Flu Season is Coming to a Close, Should You Still Get Your Flu Shot?

By: Brianna Beaumont and Cristian Scovell

Flu season may be winding down, but medical experts are still recommending for everyone to get their flu shot. The New York State Department of Health says there have been more than 6,000 cases of the flu reported in Nassau and Suffolk counties throughout this season. A majority of those cases were Influenza B, which the vaccine does not treat. This year’s flu has been categorized as more intense than any of the past few years.

Public health expert Martine Hackett said, “It is best to get a flu shot before the season begins, but it is still effective to get one even in the middle or towards the end of the season, as long as the virus is still circulating.” Hackett is an assistant professor with a master of public health and community health at Hofstra University and her recent research has focused on the 2017-18 flu season. “Everyone over 6 months should get a flu shot! It is the best way to prevent transmission and minimize the symptoms of the flu,” she said.

“This year’s strain of the flu virus actually included several different types, some of which were not responsive to the flu vaccine. Severity is measured by the CDC as: visits to clinics for flu symptoms, rates of flu hospitalizations and number of deaths due to flu or related diseases,” Hackett said.  “There have been more of all of those factors during this flu season than in the last few years.”

According to Hackett, there are certain people who should not get the shot. “People who have severe life-threatening allergies, especially to eggs (used to create the vaccine) may not be advised to get the vaccine. The best preventative measure is to wash your hands and to stay out of close contact with someone who has the flu,” said Hackett.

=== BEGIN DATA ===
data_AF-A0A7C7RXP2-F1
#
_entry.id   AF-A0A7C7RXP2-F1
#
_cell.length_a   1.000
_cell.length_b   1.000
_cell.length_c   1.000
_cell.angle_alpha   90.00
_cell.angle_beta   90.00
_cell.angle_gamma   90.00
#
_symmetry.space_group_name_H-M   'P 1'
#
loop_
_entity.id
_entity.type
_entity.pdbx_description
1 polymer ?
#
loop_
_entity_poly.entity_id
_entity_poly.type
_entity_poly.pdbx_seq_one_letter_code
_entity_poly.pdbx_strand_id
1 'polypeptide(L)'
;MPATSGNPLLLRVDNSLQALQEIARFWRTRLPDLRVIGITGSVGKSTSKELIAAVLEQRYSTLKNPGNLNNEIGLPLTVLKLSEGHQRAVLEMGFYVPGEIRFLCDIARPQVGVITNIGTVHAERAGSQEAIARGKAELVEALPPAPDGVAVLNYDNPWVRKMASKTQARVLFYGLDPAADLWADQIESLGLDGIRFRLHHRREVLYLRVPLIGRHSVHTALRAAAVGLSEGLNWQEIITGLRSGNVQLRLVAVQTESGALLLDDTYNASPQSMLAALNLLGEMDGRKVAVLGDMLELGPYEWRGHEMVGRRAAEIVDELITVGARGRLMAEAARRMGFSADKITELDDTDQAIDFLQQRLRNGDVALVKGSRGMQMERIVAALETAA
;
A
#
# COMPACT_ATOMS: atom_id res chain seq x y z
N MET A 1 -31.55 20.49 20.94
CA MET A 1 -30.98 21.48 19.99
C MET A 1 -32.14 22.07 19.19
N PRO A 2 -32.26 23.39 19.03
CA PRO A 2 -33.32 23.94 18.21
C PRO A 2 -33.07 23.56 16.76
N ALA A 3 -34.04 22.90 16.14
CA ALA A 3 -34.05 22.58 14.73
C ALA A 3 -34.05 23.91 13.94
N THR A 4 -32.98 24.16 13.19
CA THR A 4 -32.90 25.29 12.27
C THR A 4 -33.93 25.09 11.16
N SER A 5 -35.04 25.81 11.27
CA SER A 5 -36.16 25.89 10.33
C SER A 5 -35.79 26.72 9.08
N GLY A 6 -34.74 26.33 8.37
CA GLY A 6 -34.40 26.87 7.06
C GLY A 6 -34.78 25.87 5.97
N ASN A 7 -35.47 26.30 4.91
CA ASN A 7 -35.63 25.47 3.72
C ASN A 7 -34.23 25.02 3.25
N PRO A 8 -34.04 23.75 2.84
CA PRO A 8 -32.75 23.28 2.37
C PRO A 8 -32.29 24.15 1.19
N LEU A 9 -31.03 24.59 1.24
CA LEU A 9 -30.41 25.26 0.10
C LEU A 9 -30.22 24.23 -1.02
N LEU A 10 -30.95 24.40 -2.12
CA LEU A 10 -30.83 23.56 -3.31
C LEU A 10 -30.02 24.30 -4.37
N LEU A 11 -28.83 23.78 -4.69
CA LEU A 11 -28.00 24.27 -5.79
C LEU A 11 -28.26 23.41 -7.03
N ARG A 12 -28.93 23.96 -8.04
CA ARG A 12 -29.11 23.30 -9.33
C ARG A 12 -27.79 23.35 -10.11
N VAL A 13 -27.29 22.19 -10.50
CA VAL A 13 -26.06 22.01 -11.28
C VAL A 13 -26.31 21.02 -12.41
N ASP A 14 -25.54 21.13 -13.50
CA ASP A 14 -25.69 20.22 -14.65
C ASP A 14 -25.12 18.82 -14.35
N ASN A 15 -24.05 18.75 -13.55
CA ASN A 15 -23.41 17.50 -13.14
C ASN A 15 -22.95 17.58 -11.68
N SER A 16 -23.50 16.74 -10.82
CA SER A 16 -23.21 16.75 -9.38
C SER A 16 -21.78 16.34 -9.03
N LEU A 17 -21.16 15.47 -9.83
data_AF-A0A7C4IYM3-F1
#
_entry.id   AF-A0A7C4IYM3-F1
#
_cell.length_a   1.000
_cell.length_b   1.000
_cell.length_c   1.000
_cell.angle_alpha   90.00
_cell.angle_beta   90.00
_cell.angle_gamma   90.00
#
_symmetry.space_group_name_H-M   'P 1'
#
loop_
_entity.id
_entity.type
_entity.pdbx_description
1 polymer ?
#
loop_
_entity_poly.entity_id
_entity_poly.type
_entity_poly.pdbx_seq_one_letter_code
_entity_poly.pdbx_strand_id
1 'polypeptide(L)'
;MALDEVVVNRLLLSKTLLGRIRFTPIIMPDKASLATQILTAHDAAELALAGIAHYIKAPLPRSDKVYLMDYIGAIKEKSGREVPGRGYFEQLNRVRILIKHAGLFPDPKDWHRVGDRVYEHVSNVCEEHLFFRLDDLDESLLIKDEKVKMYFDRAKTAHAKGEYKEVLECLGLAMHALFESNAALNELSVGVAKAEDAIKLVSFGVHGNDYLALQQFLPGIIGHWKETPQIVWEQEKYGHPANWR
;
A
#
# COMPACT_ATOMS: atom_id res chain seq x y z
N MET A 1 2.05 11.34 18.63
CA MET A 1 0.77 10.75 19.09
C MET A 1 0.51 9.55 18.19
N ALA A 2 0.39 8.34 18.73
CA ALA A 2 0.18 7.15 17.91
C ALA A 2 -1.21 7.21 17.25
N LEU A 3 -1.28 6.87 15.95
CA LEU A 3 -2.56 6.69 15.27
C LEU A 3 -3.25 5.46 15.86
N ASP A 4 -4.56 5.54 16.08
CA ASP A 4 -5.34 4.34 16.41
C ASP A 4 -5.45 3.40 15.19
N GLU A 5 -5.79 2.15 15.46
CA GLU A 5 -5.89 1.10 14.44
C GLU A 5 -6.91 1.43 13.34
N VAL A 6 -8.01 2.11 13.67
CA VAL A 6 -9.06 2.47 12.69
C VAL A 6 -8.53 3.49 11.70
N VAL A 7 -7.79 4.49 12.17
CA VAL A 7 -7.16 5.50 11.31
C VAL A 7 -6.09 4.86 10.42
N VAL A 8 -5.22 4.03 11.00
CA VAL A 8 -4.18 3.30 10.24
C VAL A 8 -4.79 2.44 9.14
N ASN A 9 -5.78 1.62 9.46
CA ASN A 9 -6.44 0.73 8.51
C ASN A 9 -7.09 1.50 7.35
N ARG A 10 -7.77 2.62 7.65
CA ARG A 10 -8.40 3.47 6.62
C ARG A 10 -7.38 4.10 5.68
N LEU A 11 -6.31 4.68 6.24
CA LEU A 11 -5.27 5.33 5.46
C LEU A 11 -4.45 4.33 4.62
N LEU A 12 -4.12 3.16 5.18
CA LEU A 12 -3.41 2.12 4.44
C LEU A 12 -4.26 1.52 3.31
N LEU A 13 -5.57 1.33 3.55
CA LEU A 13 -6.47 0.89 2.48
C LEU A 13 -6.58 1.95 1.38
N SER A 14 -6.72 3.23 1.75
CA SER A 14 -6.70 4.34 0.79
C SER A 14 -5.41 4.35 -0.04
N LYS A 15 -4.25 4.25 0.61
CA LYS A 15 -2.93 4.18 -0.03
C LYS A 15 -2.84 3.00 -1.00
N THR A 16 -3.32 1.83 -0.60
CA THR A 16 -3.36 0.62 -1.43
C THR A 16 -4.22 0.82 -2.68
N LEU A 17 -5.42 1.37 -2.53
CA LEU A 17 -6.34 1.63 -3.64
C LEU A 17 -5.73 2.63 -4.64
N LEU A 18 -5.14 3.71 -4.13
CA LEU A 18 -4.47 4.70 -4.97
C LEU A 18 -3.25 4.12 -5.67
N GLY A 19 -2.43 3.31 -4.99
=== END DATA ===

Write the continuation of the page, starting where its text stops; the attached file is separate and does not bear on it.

Close Quarters Makes it Easier to Get Sick

Despite the expert advice, many college students have decided not to get the flu shot. Some put it down to their schedules: “It is hard with timing to get the flu shot when you’re in college,” said Godriel Roman, freshman at Adelphi University.  But others, like Adelphi senior Richard Bedhard share a common misconception that the flu shot will give them the flu, despite advice to the contrary from the CDC. “Never got the flu or the flu shot. You’re injecting people with the flu, so people with weaknesses may actually get sick by exposing them to it,” says Bedhard. 


And then there are the people, like Adelphi sophomore Marissa Campano, who got sick despite getting the shot. But, she still believes that people should get vaccinated. “People should get it, but people should spend more time on it [the flu vaccine] and make it more effective so it will work on everyone.” She’s not alone. “I got it before and I got sick, but I wish I got it recently because of how strong it is now and I live on campus so everyone gets it and it travels round,” Lila Woodbridge, Adelphi sophomore said.

Hackett said to look out for the common symptoms if you think you might have the flu. “Hospitalization is needed when these symptoms develop into complications including pneumonia, infections, and worsening of underlying health conditions such as asthma and diabetes.

Current State of the Flu

So, even though flu season has peaked, the flu shot is still vital as Long Island’s flu activity continues to be reported as widespread.  Time is running out to get your flu shot at pharmacy chains throughout the area but CVS Pharmacy, Walgreens, and Rite Aid are a few that are still giving the flu shot.